Dr. John is also interested in this debate, altho more about whether singer/songwriters should receive The Prize. I'm pretty sure he's on the side of the angels, tho, and Sylvia also loves the fact that Bobby D is the first ever songwriter to receive the Nobel Prize for literature.
So now that the floodgates are seemingly open, who's next (The Who's Peter Townshend?) I support your nomination for Lenny, altho I can't stand his singing or his 'poetry'. His voice sounds like
a whiny 14 year old who's just finished whacking off and who now wants to moan about not being able to score the prom queen ; )- I also don't get his cultural perspective - he's a Montreal Jew, who has pretensions of being a Buddhist, but whose lyrics are full of Christian iconography. WTF ARE you all about, Lenny! Perhaps the fact that you've been known to sport the occasional beret has influenced your judgment regarding the Canuck songster - me, I've never worn a beret, raspberry or other flavour (hey, how about Prince?) and never will (truthfully, my fat Celtic head is a major factor rather than an ingrained hatred of berets - they're cute on overly sensitive private school girls).
Back to Bobby, altho I sincerely hope Lenny does cop the big one sooner than later - I didn't think about the mortality factor, as he's been sounding like he's at death's door since the 1960s.
Bobby D DID change our world through his music and poetry. CBC played "The Times They are A'changin" after the newscast and it brought back memories of my 1956 beetle. Circa 1967/68 I painted that generational logo on its trunk, along with a picture of Frodo and a peace dove. I think the Coen brothers captured the importance of Bobby in their brilliant movie "Inside Llewyn Davis".
A Canuck I'd love to see receive the Nobel is Buffy St. Marie. More in sync (hey, their turn will come) with the sixties cultural revolution with her "Universal Soldier" than Lenny, and she's an indigenous woman to boot. Talk about a politikally correct selection!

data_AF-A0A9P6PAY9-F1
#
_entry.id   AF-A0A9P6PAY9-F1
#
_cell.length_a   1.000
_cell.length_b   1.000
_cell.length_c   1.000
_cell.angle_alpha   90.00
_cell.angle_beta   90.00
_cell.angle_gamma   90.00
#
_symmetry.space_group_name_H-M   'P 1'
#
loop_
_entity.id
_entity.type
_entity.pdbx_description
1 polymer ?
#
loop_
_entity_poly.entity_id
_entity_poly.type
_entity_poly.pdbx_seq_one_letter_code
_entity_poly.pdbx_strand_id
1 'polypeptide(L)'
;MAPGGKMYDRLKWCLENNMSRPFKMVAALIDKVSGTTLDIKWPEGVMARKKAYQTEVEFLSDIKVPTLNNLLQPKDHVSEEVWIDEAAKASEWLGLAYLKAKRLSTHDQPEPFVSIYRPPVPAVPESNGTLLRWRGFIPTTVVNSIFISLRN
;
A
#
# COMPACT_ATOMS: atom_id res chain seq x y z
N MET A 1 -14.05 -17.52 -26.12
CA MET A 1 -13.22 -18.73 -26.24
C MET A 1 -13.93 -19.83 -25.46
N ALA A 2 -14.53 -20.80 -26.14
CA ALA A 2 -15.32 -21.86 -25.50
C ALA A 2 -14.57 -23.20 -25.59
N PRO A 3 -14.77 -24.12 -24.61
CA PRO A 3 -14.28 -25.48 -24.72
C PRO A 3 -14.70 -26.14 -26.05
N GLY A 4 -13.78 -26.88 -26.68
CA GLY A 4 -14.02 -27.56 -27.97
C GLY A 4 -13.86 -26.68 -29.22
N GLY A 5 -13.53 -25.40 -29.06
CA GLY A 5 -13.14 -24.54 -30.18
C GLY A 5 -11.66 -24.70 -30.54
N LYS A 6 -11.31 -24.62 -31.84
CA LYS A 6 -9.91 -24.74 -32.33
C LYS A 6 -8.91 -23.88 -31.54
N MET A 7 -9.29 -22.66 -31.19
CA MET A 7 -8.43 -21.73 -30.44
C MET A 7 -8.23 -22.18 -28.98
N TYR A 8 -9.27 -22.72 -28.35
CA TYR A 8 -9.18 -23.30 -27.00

Lou. I love his raspy voice, whereas I can't stand Lenny's. I can't explain (The Who again) my personal biases, they're just subjective preferences ingrained by where I happened to be at certain significant times in my life. "Sweet Jane" is my choice for a funeral requiem - best song ever.
Mick. Speaking of singer/songwriter/poets, Mick is my choice. There are only 3 CDs on my car's system, and they're all Stones! As Dr. J has pointed out, Mick has had the decency to make no attempts to claim the crown of poet/singer/songwriter. I can live by The Stones, love their sound - unlike most of the above named, they can actually play music and sing in key, and Mick's humorous, sexy, vivacious lyrics have gotten lost in the exuberance of their sound!
On short term reflection, my vote for best poetic singer/songwriters comes down to Lou and Mick, with Mick getting my nod.
Jeez, on even further reflection, perhaps the Nobel prize should have gone collectively to that generation of singer/songwriter/poets - Bobby, Lenny, Buffy, Mick/Keef, Lou, John/Paul/George/Ringo, Jimi, Petey, et alia
damien (my dark side moniker)
On 2016-10-15, at 8:41 AM, jim wrote:
Alas, Lenny may not be around in a few years. He's at the door.
I'm not one of these, and they're plenty of them, who begrudge Bob but I think Cohen is more important. Dylan's songs are firmly rooted in a certain time and place (although I bought his last CD Duquesne Whistle and thought it was very good.
Gasparini made a good point about it all. Cohen is a romantic; Dylan wrote about everything. But that's not what the prize is about. Cohen's poetry is eternal and universal. "Like a Bird on a Wire", "Dance Me to the End of Love", "Suzanne" etc. do the job in Canada or Uzebekistan or Paraguay and would have done so fifty years ago and will do so fifty years from now.
On Thu, Oct 13, 2016 at 11:04 PM, Chris Faiers <email@example.com> wrote:
Me, I'm celebrating! Guess I'm more of a Bobby than a Lenny fan. Lenny will get his in a couple of years.
On 2016-10-13, at 4:39 PM, jim wrote:
> My objection can be encompassed by two words: Leonard Cohen.